This week on NC Spin…
Rob Schofield from the NC Justice Center, former House Speakers Dan Blue and Joe Mavretic, and John Locke Foundation president John Hood join moderator Tom Campbell. On the slate this week: accusations of unfair trade policies by China, the State Supreme Court's lifting of judicial campaign restrictions, the undesirable way some schools have increased their SAT scores, and the recent publication by The North Carolina Progress Board which breaks down the state budget into digestible bits.

This week on At Issue…
Triangle viewers can tune in to another round of local political debate as panelists Donna Martinez and Cash Michaels join host Monty Knight this week on At Issue. Former embedded reporter Karl Zinnsmeister will discuss his book Boots on the Ground, an account of his experience as an embedded reporter with the 82nd Airborne during the Iraq War. Then, mayoral candidates, incumbent Marshall Pitts and challenger Robert Anderson, debate the issues involved in their bid for the city of Fayetteville. Last, NC Education Alliance Director Lindalyn Kakadelis will discuss the recent report that sheds light upon confusing statistics used in reporting graduation rates and the alarming facts that they reveal.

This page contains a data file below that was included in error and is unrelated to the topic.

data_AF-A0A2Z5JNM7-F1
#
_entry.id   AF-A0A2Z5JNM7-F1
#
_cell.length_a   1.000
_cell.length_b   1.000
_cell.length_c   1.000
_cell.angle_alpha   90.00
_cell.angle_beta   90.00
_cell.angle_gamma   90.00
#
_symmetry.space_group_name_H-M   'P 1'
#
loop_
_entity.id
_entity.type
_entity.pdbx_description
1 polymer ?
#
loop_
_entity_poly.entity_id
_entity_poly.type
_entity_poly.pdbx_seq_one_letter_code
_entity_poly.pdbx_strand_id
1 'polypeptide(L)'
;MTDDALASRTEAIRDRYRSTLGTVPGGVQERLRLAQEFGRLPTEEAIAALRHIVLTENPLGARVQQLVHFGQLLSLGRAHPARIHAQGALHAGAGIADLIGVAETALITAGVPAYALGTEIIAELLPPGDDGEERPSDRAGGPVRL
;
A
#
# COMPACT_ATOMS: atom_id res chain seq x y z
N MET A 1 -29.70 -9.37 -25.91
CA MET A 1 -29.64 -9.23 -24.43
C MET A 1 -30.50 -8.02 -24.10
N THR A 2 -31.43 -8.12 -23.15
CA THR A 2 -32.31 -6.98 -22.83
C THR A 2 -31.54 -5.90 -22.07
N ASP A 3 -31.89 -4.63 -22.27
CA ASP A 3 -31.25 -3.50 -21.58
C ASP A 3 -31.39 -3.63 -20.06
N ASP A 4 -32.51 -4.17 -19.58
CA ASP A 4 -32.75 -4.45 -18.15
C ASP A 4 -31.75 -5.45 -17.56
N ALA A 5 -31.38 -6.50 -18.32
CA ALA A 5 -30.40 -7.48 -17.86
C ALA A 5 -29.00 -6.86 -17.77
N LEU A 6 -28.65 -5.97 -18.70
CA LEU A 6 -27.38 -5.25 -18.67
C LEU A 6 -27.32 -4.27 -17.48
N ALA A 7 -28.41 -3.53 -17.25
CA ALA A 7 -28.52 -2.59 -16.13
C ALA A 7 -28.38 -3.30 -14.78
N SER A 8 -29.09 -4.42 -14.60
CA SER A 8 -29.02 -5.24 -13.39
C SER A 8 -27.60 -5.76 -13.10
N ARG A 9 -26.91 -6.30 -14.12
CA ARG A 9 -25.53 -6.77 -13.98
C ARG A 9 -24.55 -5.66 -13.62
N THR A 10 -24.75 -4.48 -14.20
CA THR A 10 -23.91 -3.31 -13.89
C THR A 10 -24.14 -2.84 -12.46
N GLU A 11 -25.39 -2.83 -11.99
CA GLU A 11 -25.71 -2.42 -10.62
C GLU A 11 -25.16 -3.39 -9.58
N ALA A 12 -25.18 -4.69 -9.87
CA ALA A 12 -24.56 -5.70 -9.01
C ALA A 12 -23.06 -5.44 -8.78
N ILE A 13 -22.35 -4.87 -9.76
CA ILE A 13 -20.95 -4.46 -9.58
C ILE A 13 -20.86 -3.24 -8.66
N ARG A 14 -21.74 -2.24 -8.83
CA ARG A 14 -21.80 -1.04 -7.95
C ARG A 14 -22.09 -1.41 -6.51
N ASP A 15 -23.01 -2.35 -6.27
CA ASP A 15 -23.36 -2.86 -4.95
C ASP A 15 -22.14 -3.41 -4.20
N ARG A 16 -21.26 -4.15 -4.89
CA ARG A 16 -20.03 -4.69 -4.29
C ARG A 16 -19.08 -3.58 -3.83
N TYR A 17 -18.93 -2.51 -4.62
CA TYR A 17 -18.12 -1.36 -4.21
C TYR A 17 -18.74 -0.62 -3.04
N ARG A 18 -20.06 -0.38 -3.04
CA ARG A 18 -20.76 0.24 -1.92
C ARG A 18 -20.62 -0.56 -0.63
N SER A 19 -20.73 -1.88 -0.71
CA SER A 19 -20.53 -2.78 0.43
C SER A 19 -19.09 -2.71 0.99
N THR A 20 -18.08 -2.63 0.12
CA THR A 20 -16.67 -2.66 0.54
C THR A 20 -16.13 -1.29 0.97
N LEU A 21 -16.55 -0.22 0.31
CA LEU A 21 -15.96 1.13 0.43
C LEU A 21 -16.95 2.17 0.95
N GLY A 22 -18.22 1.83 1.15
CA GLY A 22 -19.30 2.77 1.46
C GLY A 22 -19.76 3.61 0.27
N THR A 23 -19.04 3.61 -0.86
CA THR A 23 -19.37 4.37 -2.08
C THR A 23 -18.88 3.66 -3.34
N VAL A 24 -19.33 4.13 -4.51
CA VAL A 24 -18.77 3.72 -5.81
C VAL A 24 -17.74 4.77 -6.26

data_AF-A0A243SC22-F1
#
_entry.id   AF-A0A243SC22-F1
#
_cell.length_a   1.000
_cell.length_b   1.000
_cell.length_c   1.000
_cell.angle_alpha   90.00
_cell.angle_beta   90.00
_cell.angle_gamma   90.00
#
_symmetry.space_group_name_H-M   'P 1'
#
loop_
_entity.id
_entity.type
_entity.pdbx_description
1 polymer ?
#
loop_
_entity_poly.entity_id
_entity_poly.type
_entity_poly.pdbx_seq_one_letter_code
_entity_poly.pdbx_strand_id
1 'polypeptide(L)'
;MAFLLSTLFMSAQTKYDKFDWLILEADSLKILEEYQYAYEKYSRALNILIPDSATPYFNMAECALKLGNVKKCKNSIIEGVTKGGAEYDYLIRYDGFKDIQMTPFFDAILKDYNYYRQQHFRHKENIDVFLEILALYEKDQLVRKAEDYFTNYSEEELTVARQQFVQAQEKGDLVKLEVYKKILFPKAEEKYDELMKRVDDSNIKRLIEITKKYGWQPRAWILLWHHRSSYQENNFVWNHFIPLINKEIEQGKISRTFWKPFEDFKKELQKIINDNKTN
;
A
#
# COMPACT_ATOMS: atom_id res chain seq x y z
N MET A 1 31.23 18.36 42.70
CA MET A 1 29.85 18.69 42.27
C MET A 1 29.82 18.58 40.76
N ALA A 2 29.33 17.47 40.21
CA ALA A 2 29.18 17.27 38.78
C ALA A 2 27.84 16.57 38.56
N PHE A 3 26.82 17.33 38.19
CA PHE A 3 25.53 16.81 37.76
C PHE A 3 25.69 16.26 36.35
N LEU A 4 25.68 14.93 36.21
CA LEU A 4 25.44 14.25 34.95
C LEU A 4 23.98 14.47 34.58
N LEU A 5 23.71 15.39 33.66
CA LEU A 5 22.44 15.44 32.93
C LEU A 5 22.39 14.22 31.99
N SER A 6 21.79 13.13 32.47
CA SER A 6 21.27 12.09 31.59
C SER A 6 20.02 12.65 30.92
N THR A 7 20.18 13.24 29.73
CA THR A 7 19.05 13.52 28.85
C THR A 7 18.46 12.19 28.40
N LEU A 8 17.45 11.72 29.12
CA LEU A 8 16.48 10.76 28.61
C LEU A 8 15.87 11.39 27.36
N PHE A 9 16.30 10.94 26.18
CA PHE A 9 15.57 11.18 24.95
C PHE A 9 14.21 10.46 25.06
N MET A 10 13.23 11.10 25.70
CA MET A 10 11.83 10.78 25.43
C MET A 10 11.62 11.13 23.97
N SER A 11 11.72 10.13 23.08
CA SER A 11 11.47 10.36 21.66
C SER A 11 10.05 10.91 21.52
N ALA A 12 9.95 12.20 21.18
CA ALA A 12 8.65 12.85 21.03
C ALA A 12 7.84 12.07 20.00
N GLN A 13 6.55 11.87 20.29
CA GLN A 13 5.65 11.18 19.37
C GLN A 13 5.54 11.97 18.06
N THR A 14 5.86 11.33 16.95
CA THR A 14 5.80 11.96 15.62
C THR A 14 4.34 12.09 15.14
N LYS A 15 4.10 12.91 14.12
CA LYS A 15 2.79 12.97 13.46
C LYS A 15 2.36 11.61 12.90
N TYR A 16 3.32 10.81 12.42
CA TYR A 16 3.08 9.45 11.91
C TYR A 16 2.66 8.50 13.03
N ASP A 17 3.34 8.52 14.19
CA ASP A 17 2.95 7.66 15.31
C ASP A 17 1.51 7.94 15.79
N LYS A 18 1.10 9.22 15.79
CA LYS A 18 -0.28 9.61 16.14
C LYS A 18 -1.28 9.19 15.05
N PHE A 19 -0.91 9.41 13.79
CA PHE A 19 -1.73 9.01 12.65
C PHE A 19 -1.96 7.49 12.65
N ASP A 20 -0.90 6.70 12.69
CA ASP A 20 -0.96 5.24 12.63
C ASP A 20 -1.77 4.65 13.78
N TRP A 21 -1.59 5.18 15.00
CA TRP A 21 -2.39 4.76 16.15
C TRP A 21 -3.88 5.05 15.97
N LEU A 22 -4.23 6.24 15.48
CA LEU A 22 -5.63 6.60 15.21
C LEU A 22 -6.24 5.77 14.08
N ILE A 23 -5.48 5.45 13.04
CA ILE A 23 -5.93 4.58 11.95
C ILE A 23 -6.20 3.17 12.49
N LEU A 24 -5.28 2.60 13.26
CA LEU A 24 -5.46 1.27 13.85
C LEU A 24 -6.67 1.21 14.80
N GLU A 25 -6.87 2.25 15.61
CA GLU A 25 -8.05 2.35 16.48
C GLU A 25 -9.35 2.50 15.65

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Material published here may be reprinted provided the
Locke Foundation receives prior notice and appropriate credit is given.